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The Problem with Sasquatch

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The Problem with Sasquatch

Post  callmeIshmael on Thu Aug 23, 2012 5:01 pm

For many people Sasquatch is a myth, a fireside story of a fantastic feral brute capable of Herculean feats told to young campers out in the wilderness. While for others, sasquatch is more than a fairy tale, they believe with an earnest heart that the legend truly exists. Skeptics have correctly maintained that evidence in support of these creatures existence is purely circumstantial or no more than blurry, and often shaky, films. While these assertions may be true, a lack of evidence does not mean that a crime has not taken place, nor does a lack of physical evidence mean that sasquatch does not exist. Fundamental flaws have been made while ascertaining concrete evidence of sasquatch. Many of the individuals seeking proof have not been trained in the methods of scientific data collection and therefore often make sweeping accusations and wild assumptions about a creature which they have no formal knowledge of. Many of the individuals searching for sasquatch are doing more to hinder the creature’s acceptance than advance it. If the individuals of the “sasquatch community” would like to change the opinions of skeptics then the approach to the collection of evidence must be altered to meet the highest standards of scientific analysis.
Whenever a new species is to be accepted by the academic community there must be physical proof or indisputable evidence. Photographic evidence alone is incapable of proving this animal to exist, along with casts made of possible footprints, since both of these are easily hoaxed. The video evidence that exists is rarely classifiable as evidence, if ever. Physical evidence such as a tissue sample, or a body (alive or dead), would be the proof necessary to convince the academic community that the species exists. If this animal does exist, it is likely to be nearly extinct or at least endangered, therefore advocating the collection of a body would be detrimental to the survival of the species which is to be observed.
Video footage could also be used as proof of sasquatch’s existence. This evidence would not be the colloquial “blobsquatch”. The video would have to be shot at a high resolution and show an amount of the creature as to properly identify the traits of its body and the behavior of the creature. This film would also need to be of substantial length.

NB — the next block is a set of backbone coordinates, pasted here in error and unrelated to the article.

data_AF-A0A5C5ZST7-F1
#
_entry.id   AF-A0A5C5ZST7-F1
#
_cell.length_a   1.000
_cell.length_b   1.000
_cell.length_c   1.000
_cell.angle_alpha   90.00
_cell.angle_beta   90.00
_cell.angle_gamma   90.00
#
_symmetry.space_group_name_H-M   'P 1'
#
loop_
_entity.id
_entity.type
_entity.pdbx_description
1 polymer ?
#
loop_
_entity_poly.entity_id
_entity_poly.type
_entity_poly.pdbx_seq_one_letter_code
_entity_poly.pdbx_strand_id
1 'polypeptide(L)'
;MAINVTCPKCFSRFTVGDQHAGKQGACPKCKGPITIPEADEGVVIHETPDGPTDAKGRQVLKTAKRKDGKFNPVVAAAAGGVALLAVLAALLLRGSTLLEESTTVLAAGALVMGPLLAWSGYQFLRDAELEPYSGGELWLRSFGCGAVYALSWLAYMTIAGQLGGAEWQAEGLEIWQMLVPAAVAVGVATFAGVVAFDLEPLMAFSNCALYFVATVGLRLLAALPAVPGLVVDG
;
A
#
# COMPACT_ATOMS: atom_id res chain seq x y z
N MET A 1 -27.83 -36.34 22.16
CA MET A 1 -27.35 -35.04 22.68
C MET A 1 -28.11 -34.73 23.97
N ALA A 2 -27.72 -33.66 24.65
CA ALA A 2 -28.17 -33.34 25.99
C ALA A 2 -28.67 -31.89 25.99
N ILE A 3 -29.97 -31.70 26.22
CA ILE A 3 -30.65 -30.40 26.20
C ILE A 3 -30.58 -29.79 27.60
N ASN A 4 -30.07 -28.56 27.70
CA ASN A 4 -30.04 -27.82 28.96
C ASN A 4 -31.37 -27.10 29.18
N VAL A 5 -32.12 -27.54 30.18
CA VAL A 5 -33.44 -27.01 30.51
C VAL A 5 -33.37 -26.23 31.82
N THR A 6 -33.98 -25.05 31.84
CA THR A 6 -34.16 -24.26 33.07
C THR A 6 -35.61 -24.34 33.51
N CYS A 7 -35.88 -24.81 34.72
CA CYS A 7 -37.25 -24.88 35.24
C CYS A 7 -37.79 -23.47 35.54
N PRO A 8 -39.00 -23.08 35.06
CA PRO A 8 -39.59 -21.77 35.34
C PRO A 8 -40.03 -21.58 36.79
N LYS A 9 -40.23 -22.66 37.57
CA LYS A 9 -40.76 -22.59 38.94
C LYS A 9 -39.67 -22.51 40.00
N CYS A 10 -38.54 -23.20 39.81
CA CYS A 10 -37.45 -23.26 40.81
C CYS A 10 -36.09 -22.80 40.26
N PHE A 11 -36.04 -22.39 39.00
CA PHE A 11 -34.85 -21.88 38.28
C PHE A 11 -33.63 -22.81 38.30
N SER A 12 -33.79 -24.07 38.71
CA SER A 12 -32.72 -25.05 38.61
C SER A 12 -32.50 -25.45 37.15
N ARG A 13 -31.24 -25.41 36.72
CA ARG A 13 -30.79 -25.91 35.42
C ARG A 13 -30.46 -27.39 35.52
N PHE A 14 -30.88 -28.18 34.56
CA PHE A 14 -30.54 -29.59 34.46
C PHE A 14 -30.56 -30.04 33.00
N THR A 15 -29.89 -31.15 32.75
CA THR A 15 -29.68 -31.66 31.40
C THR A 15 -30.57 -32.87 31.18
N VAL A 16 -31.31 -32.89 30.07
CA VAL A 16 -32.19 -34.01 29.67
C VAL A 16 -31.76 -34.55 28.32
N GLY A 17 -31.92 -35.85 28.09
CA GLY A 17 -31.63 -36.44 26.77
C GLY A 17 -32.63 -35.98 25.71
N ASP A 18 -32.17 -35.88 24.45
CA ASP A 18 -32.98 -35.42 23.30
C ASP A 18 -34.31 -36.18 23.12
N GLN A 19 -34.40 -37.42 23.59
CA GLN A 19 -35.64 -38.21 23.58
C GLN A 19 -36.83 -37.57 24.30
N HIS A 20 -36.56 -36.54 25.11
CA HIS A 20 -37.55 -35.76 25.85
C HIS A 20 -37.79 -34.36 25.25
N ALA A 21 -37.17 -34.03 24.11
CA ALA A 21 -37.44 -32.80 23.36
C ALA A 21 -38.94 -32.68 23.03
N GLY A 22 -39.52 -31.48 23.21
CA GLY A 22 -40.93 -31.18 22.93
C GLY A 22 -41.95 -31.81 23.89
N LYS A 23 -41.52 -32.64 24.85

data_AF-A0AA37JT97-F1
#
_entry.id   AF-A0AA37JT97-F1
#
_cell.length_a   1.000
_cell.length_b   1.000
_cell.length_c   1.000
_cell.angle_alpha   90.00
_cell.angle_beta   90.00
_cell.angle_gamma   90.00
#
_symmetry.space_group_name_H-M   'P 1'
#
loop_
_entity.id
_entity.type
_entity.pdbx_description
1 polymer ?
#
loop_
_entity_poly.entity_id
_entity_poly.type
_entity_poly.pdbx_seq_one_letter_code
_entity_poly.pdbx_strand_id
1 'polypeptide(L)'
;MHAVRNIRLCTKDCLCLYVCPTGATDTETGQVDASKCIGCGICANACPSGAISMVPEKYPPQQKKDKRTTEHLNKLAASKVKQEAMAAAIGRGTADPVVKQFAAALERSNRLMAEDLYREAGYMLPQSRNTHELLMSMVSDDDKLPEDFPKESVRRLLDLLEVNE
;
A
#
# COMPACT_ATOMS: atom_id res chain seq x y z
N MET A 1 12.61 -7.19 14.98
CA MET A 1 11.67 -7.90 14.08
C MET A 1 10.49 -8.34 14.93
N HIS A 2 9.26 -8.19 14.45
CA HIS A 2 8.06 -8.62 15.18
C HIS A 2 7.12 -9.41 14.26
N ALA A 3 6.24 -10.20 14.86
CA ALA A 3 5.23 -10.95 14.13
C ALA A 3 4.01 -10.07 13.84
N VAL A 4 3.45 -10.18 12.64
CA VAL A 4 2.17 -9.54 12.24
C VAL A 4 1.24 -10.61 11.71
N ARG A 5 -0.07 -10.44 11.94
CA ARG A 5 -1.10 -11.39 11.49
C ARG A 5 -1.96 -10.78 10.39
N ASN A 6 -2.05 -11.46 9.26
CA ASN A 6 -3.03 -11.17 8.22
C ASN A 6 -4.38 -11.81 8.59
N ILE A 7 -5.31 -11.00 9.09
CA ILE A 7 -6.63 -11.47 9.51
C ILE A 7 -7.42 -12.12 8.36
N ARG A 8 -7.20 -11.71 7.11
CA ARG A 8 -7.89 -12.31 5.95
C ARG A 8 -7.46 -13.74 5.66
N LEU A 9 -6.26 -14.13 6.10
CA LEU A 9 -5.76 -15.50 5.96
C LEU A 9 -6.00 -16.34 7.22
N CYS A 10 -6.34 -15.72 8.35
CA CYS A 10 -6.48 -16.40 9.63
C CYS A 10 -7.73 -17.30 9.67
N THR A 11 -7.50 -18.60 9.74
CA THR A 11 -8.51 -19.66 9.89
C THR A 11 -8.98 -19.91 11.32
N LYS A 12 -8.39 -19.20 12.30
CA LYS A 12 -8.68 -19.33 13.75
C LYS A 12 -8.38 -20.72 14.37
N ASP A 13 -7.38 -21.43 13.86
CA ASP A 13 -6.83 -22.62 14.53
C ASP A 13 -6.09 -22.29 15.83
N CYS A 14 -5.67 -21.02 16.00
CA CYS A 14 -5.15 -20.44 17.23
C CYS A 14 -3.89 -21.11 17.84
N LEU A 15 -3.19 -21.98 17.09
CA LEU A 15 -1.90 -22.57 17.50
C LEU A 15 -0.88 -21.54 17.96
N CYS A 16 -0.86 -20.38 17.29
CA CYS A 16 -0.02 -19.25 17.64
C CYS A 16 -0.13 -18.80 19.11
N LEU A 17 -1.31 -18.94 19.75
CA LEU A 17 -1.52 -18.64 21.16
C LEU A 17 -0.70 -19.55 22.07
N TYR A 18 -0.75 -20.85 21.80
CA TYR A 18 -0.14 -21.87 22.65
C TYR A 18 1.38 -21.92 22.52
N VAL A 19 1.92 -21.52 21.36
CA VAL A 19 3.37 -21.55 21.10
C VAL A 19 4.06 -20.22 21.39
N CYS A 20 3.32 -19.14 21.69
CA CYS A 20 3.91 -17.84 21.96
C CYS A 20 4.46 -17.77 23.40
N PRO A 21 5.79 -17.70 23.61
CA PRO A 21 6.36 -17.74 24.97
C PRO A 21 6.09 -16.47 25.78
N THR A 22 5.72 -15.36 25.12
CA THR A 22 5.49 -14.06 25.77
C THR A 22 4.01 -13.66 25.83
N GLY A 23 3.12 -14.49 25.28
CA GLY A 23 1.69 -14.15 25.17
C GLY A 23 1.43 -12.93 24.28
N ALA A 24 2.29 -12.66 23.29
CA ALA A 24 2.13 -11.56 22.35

All of the “best” footage of sasquatch to date is of low resolution and quality by the standards of science. Today the technology available makes it possible to record in a resolution high enough to see the finite details that would be necessary to rule out possible hoaxing. A high powered zoom lens would be necessary since the creature is reported to be elusive and seldom approaches humans. Quite simply put, video of National Geographic documentary quality would be necessary to prove sasquatch’s existence.
The next step would be how to obtain this footage. In wildlife documentaries, a research team accompanied by professional cameramen spends extended periods of time in the wilderness. They find the home range of a subject. Next, they learn the about the movements and behaviors of the subject before getting their footage. What this means to sasquatch research is that a long term observation range must first be established. If the sasquatch are as easily spooked as they are reported to be, then a crew must set up remote observation recorders or establish a long term benign presence where this creature is reported to exist. The point is to get footage of such quality that it is irrefutable. When the cameramen for the Discovery Channel series “Planet Earth” wanted to get the only footage of a snow leopard in its natural environment in existence to date they had to go to extreme measures. The cameraman set up on a mountain top two miles away and used a massive zoom lens to get the shots of the animal. It had to be done this way because the slightest hint of his presence would have sent the subject into hiding never to be seen again. The same approach may be necessary to get credible footage of a sasquatch.